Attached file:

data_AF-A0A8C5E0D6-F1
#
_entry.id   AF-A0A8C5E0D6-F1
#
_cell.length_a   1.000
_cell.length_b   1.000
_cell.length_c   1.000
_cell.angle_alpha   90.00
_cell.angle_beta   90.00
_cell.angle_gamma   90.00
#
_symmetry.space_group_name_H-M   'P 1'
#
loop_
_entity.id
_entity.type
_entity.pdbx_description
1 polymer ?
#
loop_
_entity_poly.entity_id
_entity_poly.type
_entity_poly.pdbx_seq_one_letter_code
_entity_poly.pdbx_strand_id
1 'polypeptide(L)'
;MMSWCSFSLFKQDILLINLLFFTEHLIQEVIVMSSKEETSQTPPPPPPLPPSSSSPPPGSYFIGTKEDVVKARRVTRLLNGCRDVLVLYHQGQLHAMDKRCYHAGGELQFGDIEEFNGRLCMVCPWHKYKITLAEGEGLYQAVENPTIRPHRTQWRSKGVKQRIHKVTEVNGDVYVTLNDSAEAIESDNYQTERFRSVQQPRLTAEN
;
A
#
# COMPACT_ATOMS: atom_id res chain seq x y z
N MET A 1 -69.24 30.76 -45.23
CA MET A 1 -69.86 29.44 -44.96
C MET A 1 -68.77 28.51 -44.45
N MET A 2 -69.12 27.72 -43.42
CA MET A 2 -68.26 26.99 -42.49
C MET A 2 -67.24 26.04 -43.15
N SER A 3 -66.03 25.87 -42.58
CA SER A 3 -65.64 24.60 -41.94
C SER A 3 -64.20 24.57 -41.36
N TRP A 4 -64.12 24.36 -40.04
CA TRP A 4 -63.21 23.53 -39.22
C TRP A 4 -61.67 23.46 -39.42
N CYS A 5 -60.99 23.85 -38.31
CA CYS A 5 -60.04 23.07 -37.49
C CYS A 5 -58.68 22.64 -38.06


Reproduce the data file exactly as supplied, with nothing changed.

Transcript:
data_AF-A0A8C5E0D6-F1
#
_entry.id   AF-A0A8C5E0D6-F1
#
_cell.length_a   1.000
_cell.length_b   1.000
_cell.length_c   1.000
_cell.angle_alpha   90.00
_cell.angle_beta   90.00
_cell.angle_gamma   90.00
#
_symmetry.space_group_name_H-M   'P 1'
#
loop_
_entity.id
_entity.type
_entity.pdbx_description
1 polymer ?
#
loop_
_entity_poly.entity_id
_entity_poly.type
_entity_poly.pdbx_seq_one_letter_code
_entity_poly.pdbx_strand_id
1 'polypeptide(L)'
;MMSWCSFSLFKQDILLINLLFFTEHLIQEVIVMSSKEETSQTPPPPPPLPPSSSSPPPGSYFIGTKEDVVKARRVTRLLNGCRDVLVLYHQGQLHAMDKRCYHAGGELQFGDIEEFNGRLCMVCPWHKYKITLAEGEGLYQAVENPTIRPHRTQWRSKGVKQRIHKVTEVNGDVYVTLNDSAEAIESDNYQTERFRSVQQPRLTAEN
;
A
#
# COMPACT_ATOMS: atom_id res chain seq x y z
N MET A 1 -69.24 30.76 -45.23
CA MET A 1 -69.86 29.44 -44.96
C MET A 1 -68.77 28.51 -44.45
N MET A 2 -69.12 27.72 -43.42
CA MET A 2 -68.26 26.99 -42.49
C MET A 2 -67.24 26.04 -43.15
N SER A 3 -66.03 25.87 -42.58
CA SER A 3 -65.64 24.60 -41.94
C SER A 3 -64.20 24.57 -41.36
N TRP A 4 -64.12 24.36 -40.04
CA TRP A 4 -63.21 23.53 -39.22
C TRP A 4 -61.67 23.46 -39.42
N CYS A 5 -60.99 23.85 -38.31
CA CYS A 5 -60.04 23.07 -37.49
C CYS A 5 -58.68 22.64 -38.06